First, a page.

MacFarlane has two related criticisms of the permutation invariance criterion of logicality, which says that an operation is logical iff it is invariant under all permutations of the domain.

The first criticism is that not all permutations are considered. It is only permutations of the domain of objects and not of truth values that are considered. There are not many classical truth functions that are invariant under permutation of the domain of truth values. However, if no permutation of the domain of truth values is allowed, then all functions on just that domain are logical. This might not be so bad when considering classical logic since all classical truth functions are equivalent to some combination of conjunction and negation. It is not enough to say that we only consider permutations on the domain of objects. If we are working with a modal frame, we consider permutations of the domain of worlds just as readily as those of the domain(s) of objects. In fact, there are also not many operations that are invariant under all permutations of the domain of worlds. The objection takes an even more concrete form when considering larger domains of truth values than the classical one, {t,f}. MacFarlane's suggestion is to consider all permutations that respect what he calls intrinsic structure. This is a relation of some sort on a domain, considered as just a set. The intrinsic structure of classical logic is: null structure on the objects, f≤t and not t≤f.

The notion of intrinsic structure sets up the second criticism of permutation invariance. This criticism is that the sorts of intrinsic structure that the permutations must respect is in need of justification. Why is it, MacFarlane presses, that there should be no structure among the objects? This rules out the epsilon of set theory as a logical notion. Similarly, for modal frames, if there is no structure among the worlds then we get an S5 necessity as logical rather than the operations of any of the other modal logics. Null structure on the objects is structure, albeit of a degenerate sort, and stands in need of justification. MacFarlane seems to be doubtful that any non-question begging reason can be obtained without recourse to an antecedent view of logic. The objection underlying both of these can be summed up as: at best permutation invariance systematizes some antecedent intuitions about logicality; it does not explain the notion of logicality.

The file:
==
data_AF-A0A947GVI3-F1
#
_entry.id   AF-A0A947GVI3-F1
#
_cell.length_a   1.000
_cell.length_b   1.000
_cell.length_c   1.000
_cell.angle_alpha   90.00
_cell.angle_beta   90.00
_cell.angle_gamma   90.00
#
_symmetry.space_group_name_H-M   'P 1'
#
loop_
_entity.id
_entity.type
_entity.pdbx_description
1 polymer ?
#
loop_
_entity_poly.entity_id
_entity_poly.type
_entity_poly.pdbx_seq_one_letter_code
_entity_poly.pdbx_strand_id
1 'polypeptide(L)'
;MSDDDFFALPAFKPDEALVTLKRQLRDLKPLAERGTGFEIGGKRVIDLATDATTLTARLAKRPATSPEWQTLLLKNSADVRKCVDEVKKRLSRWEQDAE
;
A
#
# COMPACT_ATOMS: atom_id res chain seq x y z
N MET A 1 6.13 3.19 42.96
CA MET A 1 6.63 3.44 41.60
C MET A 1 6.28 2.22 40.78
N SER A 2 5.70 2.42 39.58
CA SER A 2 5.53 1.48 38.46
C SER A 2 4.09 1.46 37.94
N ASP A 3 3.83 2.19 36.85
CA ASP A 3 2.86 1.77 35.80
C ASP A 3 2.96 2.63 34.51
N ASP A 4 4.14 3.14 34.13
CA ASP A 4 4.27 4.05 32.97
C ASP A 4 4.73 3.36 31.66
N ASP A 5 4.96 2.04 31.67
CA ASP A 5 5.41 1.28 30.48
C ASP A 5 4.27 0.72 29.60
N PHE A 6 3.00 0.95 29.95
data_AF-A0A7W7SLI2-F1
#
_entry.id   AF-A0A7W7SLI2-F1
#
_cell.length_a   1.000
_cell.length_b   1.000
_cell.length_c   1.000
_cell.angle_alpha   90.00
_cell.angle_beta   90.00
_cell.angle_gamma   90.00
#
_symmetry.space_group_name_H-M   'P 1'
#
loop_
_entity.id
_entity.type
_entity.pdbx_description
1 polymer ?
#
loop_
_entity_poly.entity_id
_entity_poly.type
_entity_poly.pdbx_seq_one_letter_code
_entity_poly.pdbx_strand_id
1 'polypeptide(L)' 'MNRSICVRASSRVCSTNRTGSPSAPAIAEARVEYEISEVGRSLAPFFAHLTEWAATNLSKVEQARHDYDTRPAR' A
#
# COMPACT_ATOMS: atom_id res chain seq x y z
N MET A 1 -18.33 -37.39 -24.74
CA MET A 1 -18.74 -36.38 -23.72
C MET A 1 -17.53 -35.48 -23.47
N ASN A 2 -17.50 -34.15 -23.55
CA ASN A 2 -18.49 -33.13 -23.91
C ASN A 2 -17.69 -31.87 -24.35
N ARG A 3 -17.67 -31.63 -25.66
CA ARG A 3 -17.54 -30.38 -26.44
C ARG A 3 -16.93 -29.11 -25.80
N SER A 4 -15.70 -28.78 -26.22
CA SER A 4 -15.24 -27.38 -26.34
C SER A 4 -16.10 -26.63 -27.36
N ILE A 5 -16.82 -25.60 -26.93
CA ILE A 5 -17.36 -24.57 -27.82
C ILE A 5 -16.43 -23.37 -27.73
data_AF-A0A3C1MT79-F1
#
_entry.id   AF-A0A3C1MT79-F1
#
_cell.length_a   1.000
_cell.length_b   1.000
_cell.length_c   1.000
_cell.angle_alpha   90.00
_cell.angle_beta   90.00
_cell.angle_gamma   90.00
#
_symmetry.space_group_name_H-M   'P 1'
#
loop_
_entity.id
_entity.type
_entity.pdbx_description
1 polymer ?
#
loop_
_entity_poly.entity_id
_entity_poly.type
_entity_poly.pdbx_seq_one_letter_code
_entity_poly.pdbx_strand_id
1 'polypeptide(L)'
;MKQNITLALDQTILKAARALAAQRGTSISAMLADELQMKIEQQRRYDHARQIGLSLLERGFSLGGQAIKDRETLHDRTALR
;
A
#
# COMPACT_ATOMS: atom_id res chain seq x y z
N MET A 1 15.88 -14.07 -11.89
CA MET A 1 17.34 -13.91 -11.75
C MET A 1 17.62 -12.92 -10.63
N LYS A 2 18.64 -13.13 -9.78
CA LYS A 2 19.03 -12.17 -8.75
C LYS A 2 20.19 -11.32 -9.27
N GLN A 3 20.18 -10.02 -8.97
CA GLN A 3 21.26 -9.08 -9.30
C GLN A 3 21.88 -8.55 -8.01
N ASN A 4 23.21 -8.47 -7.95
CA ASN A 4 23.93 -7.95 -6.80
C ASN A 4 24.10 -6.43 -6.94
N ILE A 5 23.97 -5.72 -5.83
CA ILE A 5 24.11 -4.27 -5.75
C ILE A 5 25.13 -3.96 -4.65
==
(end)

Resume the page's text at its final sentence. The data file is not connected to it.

MacFarlane's own suggestion is that something more is needed, so that logicality can not be specified just in terms of permutation invariance. He suggests that the extra is an understanding of intrinsic structure that connects it to a Kantian notion of logic, i.e. as normative for thought as such. This gap is supposed to be bridged by noting that "intrinsic structure belongs to a type in virtue of the most general purpose of logical theory: the study of the semantic relationships that hold between sentences solely in virtue of their capacity for being asserted and used in inferences." He continues: "On this ground, one might say that notions that are sensitive only to intrinsic structure are applicable to thought as such..." Intrinsic structure ought to be the minimal structure demanded by the above Kantian view of logic. There is fleshed out using some distinctions from Belnap that I'm not going to go into in this post (because I need to read the relevant article, "Under Carnap's Lamp"), the distinctions between presemantics, semantics and postsemantics. Interestingly, this suggestion ends up ruling that the non-S5 modal operators are not logical because the accessibility relation on worlds is not minimal in his sense, whereas the structure in various logical lattices, like the standard one for {t,b,n,f} is minimal. Even more interestingly, it suggests that the structure needed for Prior-Thomason(-Belnap)-style indeterministic tense logics has some claim to minimality and so to putting tense operators in the logical box.

## Wednesday, June 04, 2008

### The insufficiency of permutation invariance

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